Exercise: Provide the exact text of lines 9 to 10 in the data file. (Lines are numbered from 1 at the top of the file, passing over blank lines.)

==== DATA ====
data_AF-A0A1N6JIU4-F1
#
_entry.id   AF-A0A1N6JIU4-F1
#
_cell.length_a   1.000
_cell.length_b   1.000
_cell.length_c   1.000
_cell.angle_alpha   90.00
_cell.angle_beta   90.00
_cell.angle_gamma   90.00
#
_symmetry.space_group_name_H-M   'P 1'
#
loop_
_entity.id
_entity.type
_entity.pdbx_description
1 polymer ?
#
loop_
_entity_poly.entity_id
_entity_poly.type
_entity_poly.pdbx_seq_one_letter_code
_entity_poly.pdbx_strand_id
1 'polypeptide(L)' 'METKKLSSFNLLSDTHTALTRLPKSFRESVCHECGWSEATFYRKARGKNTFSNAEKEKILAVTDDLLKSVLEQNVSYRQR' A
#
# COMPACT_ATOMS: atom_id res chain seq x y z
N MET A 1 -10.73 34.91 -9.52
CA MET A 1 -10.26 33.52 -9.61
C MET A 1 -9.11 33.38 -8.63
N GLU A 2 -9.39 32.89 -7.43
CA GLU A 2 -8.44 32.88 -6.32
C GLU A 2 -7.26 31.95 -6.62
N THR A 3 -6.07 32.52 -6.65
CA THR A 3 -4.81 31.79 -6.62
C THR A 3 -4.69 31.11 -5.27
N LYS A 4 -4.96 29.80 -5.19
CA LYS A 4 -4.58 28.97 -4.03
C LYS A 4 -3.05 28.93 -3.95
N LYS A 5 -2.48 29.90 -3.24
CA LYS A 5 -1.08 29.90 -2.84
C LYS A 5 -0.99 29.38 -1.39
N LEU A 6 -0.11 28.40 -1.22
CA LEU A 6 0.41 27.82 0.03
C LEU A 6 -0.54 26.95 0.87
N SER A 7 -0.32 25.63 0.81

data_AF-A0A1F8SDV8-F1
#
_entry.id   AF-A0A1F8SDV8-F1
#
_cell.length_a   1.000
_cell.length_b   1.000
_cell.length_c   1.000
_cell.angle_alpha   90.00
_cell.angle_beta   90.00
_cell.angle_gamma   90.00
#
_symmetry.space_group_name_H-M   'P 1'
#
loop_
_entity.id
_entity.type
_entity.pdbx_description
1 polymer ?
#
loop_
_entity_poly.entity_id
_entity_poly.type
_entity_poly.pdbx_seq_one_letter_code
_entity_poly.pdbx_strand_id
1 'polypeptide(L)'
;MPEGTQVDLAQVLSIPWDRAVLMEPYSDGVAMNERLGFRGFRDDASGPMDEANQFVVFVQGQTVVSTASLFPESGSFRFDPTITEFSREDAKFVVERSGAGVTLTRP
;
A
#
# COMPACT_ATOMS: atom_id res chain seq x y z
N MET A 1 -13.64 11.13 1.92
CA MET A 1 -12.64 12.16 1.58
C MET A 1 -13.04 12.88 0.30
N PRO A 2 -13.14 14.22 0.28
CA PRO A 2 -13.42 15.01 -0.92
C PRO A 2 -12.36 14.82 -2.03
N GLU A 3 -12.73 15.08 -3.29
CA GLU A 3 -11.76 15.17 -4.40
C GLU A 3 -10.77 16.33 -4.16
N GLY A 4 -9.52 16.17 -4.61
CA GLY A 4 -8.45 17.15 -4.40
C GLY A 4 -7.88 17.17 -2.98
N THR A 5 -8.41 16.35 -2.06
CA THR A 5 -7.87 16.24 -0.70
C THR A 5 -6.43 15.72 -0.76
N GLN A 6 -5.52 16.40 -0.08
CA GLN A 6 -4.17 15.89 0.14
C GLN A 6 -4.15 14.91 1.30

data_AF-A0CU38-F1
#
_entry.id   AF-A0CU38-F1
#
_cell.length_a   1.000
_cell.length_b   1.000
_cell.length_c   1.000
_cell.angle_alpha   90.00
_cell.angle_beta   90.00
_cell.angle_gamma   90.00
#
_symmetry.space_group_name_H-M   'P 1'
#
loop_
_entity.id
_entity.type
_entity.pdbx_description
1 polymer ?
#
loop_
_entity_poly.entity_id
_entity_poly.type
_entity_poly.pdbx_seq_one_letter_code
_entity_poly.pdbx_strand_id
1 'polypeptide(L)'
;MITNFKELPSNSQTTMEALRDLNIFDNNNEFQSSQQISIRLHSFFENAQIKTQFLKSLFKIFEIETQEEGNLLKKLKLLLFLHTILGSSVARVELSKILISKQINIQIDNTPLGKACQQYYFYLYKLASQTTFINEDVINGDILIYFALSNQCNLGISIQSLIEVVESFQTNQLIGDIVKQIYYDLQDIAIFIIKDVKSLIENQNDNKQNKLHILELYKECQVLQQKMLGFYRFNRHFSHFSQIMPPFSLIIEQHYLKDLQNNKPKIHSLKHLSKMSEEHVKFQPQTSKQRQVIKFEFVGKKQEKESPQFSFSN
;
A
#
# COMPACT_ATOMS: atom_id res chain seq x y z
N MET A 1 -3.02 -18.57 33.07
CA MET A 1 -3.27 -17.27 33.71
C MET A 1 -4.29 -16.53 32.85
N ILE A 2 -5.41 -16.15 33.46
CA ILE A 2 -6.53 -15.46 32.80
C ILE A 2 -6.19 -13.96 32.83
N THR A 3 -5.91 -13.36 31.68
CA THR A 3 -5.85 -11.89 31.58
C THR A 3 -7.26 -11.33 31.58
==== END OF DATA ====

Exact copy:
_cell.angle_beta   90.00
_cell.angle_gamma   90.00